Dion may have screwed up but I disagree that this was a standard question. Some one with this much experience in the news industry should be able to understand why it's ridiculous to pose a question to a French Canadian speaker that has past and present tenses mixed in a way that doesn't make sense.

I am of the firm belief that CTV set Dion up. They way they played this clip over and over and over and over again after the fact and the continuous commentary provided by CTV on it...that showed a clear intentional bias to me.


Anonymous said...

I feel bad for Dion.
It's a language issue.
Good on Dion for asking Murphy to repeat.
Pooh on CTV for rebroadcasting.
I doubt they rebroadcast when Murphy fumbles.

Zach Bell said...

Actually, it's also a huge breach of ethics to have made an agreement after the interview to not air the material only to turn around and then air the material afterwards.


Way Way Up said...

I'll play devils advocate here. It's interesting to see what goes on behind the scenes. Politicians love to put forth a nice polished image. Its g ood to see the reality with all the warts and bruises. Heaven forfend he should actually have to answer a moderately challenging question.

scribe said...

I'm just flabbergasted that Dion and Harper are considered the best "leaders" of their parties. They're both awful. In fact, I can't think of one world leader with the gravitas to lead us out of this mess.

scribe said...

I've watched this video over and over and dicussed it with a couple media friends in TO. We all agree that Murphy was not making sense at all and we think he knew it. Anyone for whom English is a first language would have difficulty understanding the question "what would you do now, back then?"

jen said...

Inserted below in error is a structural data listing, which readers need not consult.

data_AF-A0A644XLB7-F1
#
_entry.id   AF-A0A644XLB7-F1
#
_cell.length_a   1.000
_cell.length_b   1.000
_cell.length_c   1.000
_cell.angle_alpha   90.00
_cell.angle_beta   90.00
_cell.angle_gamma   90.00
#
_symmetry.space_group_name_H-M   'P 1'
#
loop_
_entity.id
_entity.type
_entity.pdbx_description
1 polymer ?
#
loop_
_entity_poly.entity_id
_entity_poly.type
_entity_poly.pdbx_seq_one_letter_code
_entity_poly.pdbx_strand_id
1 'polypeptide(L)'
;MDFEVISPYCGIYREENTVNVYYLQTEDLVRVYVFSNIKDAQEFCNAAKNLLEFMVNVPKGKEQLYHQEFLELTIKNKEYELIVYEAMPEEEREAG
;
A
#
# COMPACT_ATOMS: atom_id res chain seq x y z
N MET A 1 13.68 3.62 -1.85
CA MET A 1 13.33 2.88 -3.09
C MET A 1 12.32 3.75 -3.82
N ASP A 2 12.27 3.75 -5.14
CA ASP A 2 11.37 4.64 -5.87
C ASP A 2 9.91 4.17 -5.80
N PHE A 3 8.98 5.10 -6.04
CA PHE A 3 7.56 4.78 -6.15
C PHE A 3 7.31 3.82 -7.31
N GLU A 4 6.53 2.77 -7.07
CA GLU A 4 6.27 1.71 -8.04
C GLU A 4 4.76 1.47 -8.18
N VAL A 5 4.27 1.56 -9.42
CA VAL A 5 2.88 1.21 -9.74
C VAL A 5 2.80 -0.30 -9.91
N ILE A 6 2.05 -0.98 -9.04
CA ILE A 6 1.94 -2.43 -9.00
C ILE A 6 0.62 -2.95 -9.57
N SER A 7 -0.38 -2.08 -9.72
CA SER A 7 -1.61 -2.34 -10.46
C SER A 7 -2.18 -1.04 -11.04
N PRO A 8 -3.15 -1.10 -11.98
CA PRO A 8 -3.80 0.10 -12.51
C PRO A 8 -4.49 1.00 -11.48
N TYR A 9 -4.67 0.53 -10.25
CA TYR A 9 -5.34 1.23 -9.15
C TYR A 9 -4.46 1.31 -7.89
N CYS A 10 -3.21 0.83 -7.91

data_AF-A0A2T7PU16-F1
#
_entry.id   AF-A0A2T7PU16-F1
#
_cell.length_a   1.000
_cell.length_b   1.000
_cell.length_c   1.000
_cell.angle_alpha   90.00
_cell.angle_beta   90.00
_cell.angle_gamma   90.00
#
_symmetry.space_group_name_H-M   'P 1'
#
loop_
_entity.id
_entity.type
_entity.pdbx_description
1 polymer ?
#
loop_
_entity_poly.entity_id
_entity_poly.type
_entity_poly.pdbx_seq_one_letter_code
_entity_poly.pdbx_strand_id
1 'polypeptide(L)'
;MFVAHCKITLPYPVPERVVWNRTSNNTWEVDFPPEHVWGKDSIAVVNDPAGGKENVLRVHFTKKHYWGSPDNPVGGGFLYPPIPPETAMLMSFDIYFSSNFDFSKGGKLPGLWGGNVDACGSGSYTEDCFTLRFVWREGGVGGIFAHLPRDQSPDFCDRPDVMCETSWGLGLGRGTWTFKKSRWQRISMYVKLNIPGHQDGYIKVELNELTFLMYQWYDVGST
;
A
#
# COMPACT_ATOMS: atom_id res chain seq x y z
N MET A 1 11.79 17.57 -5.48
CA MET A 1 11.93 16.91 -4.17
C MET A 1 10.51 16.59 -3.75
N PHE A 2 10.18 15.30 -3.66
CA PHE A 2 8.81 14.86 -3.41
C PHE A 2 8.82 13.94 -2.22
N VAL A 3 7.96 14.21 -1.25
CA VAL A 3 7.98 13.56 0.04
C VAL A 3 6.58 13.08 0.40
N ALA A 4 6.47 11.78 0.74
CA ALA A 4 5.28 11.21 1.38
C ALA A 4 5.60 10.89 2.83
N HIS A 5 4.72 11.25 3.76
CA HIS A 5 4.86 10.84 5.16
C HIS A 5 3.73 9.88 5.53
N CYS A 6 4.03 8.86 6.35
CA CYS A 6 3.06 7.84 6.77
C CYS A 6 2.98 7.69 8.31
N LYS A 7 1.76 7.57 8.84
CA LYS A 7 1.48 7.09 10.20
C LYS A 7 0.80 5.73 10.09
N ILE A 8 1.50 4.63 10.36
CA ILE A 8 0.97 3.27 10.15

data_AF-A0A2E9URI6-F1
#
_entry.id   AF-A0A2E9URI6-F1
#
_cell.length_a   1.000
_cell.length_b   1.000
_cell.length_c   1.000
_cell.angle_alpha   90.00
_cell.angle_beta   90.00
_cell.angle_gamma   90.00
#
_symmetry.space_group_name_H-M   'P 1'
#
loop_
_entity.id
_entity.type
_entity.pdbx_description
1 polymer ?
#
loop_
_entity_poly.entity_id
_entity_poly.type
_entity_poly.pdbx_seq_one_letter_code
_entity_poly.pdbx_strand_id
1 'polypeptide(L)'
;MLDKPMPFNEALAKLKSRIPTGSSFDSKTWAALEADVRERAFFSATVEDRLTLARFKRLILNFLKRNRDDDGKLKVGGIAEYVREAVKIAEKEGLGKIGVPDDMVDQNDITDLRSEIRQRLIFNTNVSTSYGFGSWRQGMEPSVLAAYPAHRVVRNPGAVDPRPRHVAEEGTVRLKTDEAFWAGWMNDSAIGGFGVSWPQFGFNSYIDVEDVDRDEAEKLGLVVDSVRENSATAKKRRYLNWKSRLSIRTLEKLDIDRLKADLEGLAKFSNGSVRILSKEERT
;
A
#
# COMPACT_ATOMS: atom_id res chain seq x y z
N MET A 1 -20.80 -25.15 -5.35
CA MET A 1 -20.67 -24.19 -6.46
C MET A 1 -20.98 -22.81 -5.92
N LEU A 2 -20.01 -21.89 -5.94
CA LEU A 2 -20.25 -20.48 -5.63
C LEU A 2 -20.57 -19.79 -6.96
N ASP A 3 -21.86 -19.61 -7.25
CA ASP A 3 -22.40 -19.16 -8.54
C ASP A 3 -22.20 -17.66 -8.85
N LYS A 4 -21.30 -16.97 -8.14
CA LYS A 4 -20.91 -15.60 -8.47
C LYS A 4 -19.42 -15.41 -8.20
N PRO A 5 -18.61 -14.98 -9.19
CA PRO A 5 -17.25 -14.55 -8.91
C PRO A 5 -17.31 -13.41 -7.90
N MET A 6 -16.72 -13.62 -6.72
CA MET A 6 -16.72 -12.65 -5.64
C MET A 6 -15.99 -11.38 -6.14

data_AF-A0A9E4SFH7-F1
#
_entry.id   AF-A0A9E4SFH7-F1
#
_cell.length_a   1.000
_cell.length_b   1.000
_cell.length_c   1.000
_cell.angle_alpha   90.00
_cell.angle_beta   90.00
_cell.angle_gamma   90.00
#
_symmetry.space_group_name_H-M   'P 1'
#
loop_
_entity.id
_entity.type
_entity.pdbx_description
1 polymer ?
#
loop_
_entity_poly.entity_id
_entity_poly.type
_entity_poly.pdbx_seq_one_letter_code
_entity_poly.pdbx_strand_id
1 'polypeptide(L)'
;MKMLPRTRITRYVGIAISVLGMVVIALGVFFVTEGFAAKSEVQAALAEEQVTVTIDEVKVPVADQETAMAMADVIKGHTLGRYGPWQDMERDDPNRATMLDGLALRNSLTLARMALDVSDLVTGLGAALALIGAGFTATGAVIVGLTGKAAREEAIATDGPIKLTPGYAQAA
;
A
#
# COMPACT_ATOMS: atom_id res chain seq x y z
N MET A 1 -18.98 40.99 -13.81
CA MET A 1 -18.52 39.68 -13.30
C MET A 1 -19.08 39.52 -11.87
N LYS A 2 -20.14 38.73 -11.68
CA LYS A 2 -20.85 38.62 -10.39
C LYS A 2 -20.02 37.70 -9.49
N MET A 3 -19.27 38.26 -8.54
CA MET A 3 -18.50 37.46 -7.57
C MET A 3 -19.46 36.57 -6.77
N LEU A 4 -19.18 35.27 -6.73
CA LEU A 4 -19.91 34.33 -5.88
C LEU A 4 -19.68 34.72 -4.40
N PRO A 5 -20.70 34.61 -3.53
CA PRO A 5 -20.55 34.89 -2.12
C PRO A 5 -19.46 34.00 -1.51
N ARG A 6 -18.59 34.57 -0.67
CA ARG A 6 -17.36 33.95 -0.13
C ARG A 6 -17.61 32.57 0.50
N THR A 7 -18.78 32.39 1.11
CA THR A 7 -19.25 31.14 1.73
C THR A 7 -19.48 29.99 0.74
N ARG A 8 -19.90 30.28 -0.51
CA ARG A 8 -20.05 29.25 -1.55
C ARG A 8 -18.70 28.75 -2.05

The question in English was not terribly hard to understand. But I do sympathize that the interviewer was using a wacky sentence structure set-up for a French speaker. He also changed the way he asked the question each time, which could make it hard to understand. I don't think this was so terribly scandalous on Dion's behalf. I don't like the way CTV made it look like he had just drowned a bunch of kittens. Meanwhile I don't think it's going to help his party out much.

Karen said...

Having just spent a month living in a language other than my main language while in Quebec, it is interesting how their media played it out. Even Gilles Duceppe came to Dion's assistance. The question as originally posed by Murphy was convoluted and did a weird thing with verb tenses - I think the pluperfect might be in a clause there somewhere. To do this to someone who is working in their second language is nothing better than a set-up. Duceppe hit the nail on the head when he spoke about how easy it is to make anyone look bad when using their second language - if you stuff a question full of sub-clauses, verb tense shifts, and toss in some colloquialisms, no one will have any idea what's going on. And then do that to someone with a hearing problem on top of it all? I suspect these journalists who reveled in making the do-over the story also pull the wings off flies and push kids out of wheelchairs. Amateur hour.